Geographical variation and distribution: M. americana, the brocket or red deer, is found in most subtropical and tropical forests of Latin America from the states of Tamaulipas and Chiapas in Mexico to northern Argentina, including the island of Trinidad. Three subspecies are recognized in Central America and 10 in South America (92, 253).

Elevational range: M. americana ranges from sea level up to about 2 000 m (245, 258), and as high as 4 000 m in the Sierra Nevada de Santa Marta in Colombia (66).

Size and weight: These traits vary greatly by subspecies and region. The total length of a Mexican brocket deer ranges from 102 to 111 cm with an average weight of 17 kg (336). In Panama the weight is 14-22 kg (382). In Venezuela, M. a. sheila weighs from 13 to 22 kg whereas M. a. americana is as big as the white-tailed deer at a total length of 140 cm with 79 cm at the withers and a weight of 35-45 kg (238). The total adult weight of this subspecies in the Brazilian Amazon is 50 kg (543), with Brenan and Marchinton (73) reporting a maximum weight of 65 kg for Suriname.

Habitat: This is a strictly forest-dwelling species, preferring closed, moist, lowland or montane forest, but may also frequent cultivated areas and clearings at night. In savannah and forest mosaic habitats and in well-developed deciduous forests, M. americana may coexist with the white-tailed deer.

Abundance: Judging by the importance of this species in the subsistence hunting and hide export statistics, it must be relatively abundant over much of the tropical forest. It was the first mammal in terms of biomass (22 percent) in the Afabaka dam rescue operations in Suriname (164). Branan and Marchinton (74) estimate population density at approximately 1/km2.

Behaviour: Brocket deer live alone or in pairs and are apparently sedentary (286, 382). Visibility is very poor in the habitats of these shy, crepuscular or nocturnal animals, and therefore not much is known about their behaviour.

Feeding habits: They feed primarily on the fruit and flowers of trees in the underbrush, rounding out their diet by browsing in forest clearings and along roads (75).

Reproduction: The doe reaches sexual maturity at one year and the male at about 17 months, remaining sexually active year-round, independently of the stage of the antler cycle.

In Suriname fawns are born from September to April, with peaks in November and February. The gestation period is roughly 220 days and the usual litter size is one or, rarely, two fawns (73). Alvarez del Toro (17) cites the months of April to August as the calving period in Chiapas, Mexico. Mazama appears to be monogamous with a one-to-one buck/doe ratio and no apparent sexual dimorphism as to size. Reproductive capacity is low with an average annual rate of one fawn per pair per year.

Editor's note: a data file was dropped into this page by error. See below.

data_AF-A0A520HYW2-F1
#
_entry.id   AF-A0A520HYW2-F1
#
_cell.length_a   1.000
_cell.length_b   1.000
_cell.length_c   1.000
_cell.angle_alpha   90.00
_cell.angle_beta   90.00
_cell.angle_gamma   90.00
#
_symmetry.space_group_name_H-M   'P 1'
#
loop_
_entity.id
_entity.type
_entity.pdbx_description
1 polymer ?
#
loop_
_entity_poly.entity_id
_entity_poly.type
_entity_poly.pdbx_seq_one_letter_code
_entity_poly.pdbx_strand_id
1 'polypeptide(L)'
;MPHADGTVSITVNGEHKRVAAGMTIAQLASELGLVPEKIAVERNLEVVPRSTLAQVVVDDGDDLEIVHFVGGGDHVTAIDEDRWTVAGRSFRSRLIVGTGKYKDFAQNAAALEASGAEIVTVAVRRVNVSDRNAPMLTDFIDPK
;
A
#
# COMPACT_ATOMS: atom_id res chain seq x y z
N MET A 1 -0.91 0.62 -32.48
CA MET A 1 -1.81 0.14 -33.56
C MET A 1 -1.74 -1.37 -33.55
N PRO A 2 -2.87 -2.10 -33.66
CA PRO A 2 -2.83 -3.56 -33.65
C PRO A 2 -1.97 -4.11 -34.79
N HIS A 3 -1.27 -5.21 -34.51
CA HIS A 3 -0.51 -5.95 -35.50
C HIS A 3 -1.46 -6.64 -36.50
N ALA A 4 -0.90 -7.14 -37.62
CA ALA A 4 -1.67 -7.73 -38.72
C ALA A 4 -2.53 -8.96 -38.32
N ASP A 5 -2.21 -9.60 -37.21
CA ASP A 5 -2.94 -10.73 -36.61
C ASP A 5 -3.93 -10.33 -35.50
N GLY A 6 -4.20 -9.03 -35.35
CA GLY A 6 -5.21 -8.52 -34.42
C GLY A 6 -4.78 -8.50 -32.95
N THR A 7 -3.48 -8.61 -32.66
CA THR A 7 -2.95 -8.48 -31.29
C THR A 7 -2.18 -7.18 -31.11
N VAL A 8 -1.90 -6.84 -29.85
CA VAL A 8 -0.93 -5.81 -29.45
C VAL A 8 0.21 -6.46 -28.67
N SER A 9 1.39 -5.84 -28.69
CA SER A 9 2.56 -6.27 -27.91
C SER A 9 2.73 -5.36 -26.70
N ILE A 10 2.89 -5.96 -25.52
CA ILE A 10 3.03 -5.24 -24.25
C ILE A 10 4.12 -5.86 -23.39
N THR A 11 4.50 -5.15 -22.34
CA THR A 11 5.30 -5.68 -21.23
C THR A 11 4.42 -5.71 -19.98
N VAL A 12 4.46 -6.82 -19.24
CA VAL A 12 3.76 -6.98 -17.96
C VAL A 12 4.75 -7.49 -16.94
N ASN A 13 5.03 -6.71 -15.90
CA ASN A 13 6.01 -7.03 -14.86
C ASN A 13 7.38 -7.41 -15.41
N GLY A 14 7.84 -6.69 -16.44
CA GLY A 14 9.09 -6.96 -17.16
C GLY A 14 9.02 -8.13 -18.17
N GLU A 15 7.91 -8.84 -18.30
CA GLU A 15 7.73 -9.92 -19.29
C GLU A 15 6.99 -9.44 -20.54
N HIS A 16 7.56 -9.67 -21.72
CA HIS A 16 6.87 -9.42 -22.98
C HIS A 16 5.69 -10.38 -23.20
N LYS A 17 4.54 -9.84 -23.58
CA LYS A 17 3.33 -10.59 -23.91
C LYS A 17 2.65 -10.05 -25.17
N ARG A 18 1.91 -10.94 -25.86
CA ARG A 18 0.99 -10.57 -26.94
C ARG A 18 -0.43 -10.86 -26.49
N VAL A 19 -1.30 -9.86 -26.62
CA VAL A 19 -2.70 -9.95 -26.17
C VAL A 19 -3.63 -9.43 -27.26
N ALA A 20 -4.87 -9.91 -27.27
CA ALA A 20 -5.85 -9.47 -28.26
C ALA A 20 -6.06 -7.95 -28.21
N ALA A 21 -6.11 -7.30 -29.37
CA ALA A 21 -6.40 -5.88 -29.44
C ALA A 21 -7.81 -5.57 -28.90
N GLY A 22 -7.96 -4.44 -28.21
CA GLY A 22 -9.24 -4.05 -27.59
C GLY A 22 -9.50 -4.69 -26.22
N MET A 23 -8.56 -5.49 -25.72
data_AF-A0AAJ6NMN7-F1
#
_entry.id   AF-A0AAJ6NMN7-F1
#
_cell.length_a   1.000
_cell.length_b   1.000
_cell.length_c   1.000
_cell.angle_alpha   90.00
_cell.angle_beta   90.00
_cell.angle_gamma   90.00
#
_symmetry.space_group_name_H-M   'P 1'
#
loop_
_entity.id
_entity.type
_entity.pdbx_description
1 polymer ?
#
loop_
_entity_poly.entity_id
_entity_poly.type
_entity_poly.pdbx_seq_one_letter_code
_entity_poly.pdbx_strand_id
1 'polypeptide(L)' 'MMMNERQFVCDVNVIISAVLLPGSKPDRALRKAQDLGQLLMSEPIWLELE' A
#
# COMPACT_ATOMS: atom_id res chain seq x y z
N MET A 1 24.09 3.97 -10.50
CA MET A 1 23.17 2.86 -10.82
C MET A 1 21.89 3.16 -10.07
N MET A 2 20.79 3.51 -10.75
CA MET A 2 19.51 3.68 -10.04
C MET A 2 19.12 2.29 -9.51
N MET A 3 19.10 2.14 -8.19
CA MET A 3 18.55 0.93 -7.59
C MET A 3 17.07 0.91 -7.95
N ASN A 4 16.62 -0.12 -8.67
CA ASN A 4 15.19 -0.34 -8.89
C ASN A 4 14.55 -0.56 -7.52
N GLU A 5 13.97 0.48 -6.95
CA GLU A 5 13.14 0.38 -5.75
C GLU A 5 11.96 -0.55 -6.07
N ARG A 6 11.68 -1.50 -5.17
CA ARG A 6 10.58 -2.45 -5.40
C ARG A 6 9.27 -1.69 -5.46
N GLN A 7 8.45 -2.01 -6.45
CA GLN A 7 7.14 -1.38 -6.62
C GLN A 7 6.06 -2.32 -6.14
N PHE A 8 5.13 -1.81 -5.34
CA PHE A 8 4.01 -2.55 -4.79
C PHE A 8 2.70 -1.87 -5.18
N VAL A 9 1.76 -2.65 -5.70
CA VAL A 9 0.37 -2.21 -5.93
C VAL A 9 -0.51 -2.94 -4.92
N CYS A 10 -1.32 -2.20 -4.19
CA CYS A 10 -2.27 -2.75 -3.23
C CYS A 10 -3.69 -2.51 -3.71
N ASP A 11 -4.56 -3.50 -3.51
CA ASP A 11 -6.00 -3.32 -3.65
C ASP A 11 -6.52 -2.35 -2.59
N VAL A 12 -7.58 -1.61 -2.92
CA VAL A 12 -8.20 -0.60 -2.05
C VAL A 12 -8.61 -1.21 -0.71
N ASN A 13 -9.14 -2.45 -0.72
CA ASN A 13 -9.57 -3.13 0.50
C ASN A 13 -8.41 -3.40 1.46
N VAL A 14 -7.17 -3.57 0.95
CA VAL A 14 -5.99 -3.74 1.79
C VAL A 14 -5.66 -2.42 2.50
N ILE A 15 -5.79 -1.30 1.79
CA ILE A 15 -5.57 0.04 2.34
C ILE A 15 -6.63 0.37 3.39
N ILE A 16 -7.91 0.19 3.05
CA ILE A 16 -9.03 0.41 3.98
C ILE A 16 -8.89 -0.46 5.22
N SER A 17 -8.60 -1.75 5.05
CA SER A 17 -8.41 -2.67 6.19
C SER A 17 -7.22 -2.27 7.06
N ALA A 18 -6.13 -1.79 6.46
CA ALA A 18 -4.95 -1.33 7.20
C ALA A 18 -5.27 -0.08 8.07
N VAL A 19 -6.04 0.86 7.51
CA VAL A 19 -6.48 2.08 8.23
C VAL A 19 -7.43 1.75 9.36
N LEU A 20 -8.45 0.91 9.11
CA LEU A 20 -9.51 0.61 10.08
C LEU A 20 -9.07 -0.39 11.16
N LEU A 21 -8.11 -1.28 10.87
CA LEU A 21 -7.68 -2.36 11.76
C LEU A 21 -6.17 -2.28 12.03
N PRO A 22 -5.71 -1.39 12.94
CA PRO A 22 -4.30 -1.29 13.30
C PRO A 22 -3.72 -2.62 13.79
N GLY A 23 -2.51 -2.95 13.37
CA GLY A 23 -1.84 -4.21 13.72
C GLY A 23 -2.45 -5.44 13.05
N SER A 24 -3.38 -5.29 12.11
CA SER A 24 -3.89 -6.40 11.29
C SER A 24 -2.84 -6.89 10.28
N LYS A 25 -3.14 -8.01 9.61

Hunting: Mazama americana is the main subsistence hunting deer in neotropical forest areas (see Tables 5 and 9), as in the export statistics for skins (Table 16). They are hunted with dogs. A frequent technique is to drive the prey down to a river or creek where the hunters wait (74, 241, 268). Nocturnal hunting from vehicles along logging roads or from canoes using lanterns to spotlight the shore are other common techniques. Brocket deer are also stalked, hunted from blinds and trapped, including the use of fixed guns to shoot passing deer. The impact of hunting is greatest along rivers, roads and trails and least in untravelled areas.

Products: The main product is meat, globally fourth in importance in subsistence hunting in forest areas after peccaries and tapirs. M. americana processing, quality and uses are similar to those of the white-tailed deer.

Brocket deer hides also have commercial value. An average 27 184 hides were exported each year between 1946 and 1972 from the Peruvian Amazon, and 197 560 from the Brazilian Amazon between 1960 and 1964. What fraction of the total kill these exports represent is not known.

Management: In forest areas of Latin America, Mazama americana appears to be the most abundant and valuable deer from the standpoint of food, sport and socio-economics. It is considered to be a fairly persistent species (336) and is protected by law in much the same way as the white-tailed deer. Unfortunately, the prospects for management are limited for a number of reasons: 1) this forest species is seriously affected by the ongoing deforestation of its habitat; 2) it is very difficult to apply control measures to small populations of subsistence hunters scattered over vast areas; 3) population levels and reproductive capacity seem to be lower than the white-tailed deer's even in favourable natural environments (74); 4) almost nothing is known about M. americana biology. There is a corresponding danger that populations will be depleted unless the advance of forestry, agricultural and livestock activities are offset by effective restrictions on brocket deer hunting.